The Way It Works
Harvard Recruiting PC Power to Find Better Solar-Panel Materials
has been recruiting students since the 17th century. On Dec. 8, however, the
prestigious institution began recruiting people with computing power to help
out in research projects that could benefit mankind in big ways.
When a personal computer is on and connected to the Internet but sitting idle, a portion of that computing power can be utilized automatically for specific projects by an outside network-provided, of course, that the PC owner has given permission and has downloaded a piece of software to do the work.
It's long been a fact that many computers and their owners around the world unwittingly contribute as "bots" to illicit networks through the use of secretly placed spyware agents. The Harvard project resembles such scenarios, but this project-which runs on the IBM-sponsored World Community Grid-is strictly on the up and up.
Harvard and the WCG are reaching out to find and utilize as many unused computing cycles as possible. In exchange, the owner of a PC being utilized in the grid network can enjoy the personal satisfaction of helping contribute to a good scientific cause, as well as make a number of new friends in the process: The World Community Grid has become a community of its own.
Job No. 1: Finding specific polymers that can be used to make newer, more powerful solar panel cells for home and/or commercial electrical use. That project kicked off Dec. 5 with a little champagne celebration at the Cambridge, Mass., office of Alan Aspuru-Guzik, a chemistry researcher at the university and coordinator of the project.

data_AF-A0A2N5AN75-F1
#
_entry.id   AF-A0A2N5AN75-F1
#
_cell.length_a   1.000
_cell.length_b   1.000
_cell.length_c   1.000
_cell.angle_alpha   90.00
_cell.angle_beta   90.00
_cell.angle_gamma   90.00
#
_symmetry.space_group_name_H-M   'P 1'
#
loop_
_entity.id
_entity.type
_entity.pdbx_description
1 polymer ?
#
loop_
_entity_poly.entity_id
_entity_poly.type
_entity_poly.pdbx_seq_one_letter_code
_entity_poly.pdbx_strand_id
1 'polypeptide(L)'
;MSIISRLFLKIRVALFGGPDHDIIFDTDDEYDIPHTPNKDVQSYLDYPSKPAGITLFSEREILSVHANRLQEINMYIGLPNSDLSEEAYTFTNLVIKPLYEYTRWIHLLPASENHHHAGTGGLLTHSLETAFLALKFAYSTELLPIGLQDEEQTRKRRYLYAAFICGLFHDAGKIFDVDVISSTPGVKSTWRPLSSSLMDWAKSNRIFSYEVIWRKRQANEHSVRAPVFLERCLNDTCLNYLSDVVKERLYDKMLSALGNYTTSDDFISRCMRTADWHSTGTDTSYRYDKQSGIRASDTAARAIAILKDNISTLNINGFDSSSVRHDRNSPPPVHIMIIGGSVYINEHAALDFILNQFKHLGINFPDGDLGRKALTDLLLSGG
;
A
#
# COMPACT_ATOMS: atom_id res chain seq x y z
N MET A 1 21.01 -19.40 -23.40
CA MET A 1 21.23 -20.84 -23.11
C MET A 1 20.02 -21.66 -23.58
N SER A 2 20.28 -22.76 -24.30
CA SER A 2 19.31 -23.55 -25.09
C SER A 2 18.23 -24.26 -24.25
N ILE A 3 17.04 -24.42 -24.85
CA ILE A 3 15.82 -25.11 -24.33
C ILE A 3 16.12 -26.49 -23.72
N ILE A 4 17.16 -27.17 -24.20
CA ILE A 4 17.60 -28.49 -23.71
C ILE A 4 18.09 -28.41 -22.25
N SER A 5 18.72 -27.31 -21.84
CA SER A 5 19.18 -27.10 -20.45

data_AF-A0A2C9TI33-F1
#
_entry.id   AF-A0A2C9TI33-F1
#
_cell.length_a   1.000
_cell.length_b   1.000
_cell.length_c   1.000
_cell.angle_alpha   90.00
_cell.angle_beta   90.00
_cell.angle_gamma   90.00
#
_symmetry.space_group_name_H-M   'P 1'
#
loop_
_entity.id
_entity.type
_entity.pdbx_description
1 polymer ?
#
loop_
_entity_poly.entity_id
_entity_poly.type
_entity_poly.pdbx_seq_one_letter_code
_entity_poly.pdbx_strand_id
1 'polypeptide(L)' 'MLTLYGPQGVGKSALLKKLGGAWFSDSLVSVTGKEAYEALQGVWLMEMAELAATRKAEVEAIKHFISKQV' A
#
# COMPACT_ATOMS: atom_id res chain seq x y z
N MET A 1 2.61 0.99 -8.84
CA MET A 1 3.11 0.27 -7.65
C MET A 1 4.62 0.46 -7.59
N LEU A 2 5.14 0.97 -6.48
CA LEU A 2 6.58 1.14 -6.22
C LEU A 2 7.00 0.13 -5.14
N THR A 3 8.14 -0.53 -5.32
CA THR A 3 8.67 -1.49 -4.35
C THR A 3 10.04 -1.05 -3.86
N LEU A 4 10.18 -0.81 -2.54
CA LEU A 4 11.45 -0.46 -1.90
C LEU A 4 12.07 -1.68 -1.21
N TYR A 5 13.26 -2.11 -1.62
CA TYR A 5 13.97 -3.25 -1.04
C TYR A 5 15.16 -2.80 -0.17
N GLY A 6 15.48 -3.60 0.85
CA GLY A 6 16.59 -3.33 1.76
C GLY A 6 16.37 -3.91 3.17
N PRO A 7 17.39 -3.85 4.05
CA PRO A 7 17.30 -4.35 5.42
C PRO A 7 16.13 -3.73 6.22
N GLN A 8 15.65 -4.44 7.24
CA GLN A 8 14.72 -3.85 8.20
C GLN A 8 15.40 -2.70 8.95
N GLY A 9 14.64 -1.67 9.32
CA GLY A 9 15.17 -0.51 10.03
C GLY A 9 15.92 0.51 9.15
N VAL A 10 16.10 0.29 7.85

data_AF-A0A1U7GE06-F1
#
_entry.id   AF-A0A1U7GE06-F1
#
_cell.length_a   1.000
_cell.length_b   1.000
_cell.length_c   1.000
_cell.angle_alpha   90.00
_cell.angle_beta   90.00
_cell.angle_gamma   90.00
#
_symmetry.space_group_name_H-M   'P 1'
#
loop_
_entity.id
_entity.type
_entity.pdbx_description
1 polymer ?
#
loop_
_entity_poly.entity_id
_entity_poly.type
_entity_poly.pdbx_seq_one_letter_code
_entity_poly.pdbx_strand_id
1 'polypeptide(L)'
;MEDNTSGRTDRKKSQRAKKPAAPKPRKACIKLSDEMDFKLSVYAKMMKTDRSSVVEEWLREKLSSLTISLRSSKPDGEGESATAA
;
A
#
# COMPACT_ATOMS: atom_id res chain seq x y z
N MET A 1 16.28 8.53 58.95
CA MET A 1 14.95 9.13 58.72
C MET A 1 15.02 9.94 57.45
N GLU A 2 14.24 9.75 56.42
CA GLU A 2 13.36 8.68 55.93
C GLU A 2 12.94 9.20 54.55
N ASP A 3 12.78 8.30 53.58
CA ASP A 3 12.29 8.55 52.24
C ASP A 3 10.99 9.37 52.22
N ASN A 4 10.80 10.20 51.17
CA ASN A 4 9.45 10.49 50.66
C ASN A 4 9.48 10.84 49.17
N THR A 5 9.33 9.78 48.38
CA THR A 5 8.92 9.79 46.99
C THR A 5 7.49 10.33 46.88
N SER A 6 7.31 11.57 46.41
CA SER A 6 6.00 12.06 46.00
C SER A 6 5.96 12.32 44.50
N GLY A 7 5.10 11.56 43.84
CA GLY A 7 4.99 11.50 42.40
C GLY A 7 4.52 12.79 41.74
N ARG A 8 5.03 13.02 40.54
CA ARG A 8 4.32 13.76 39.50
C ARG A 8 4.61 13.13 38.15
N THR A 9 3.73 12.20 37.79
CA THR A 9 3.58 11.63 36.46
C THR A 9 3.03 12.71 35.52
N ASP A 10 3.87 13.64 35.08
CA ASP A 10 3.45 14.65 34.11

Right Combination of Polymer Molecules Sought
Scientists say the project will allow it to discover the right combination of organic molecules that can be used to manufacture plastic solar cells that are less expensive and more flexible than silicon-based ones that are typically used to turn sunlight into electricity.
"People connected to the grid are helping us to identify the types of [polymer] molecules that can be used in building the right kind of plastics for solar panels," Aspuru-Guzik told me.
"The way we do it normally is not now cost-efficient, although the materials are cheap because it's plastic. But if we can get a whole lot of people to allow us to use their computers on this grid for this purpose, we can sort out the chaff and find the molecules faster and in a more fruitful manner."
The Way It Works
The way this all works: Those interested register on the World Community Grid
and download the 40MB bit of screen-saver-like software that allows the project
to tap into the processor. After it is installed, a model of a type of molecule
is then sent to the computer; when the screen saver comes on, the software
automatically runs an analysis on the model to determine if it has the
properties needed to be included in the construction of the polymer plastic.
Millions of molecules need to be analyzed-one at a time. That's why it's so time-consuming to do it in one location.
"When you're working on the machine, none of the power is used [for the project]," Aspuru-Guzik said. "It's only when the machine is idle that the software turns on and starts the calculations."
Project Can Cut Research Time from 22 to 2 Years
Using volunteers' computers in the grid to run these numerous calculations can shorten a project that would normally take about 20 to 22 years to just two years, Aspuru-Guzik said.
The IBM World Community Grid currently has about 1 million computers linked to it. IBM created the network a couple of years ago; it might eventually be considered to be among the top 10 most powerful supercomputers in the world, thanks to its sheer size and scope.
IBM, naturally, includes security software to protect the participants' computers.
"It's a way for people that have computers to do some good for the world," IBM engineer Joe Jasinski said.
Aspuru-Guzik said that about seven volunteers signed
up on the first day. "We hadn't even announced it yet," he said.
The Clean Energy Project is the 11th project to run on the World Community Grid and is one of six active projects currently running.
"We are not asking people to change their habits when using their computer," IBM Vice President of Global Community Initiatives Robin Willner told me. "We've packaged up these services into a mashup of sorts, and it's very safe and secure. And the benefits to the user are wonderful."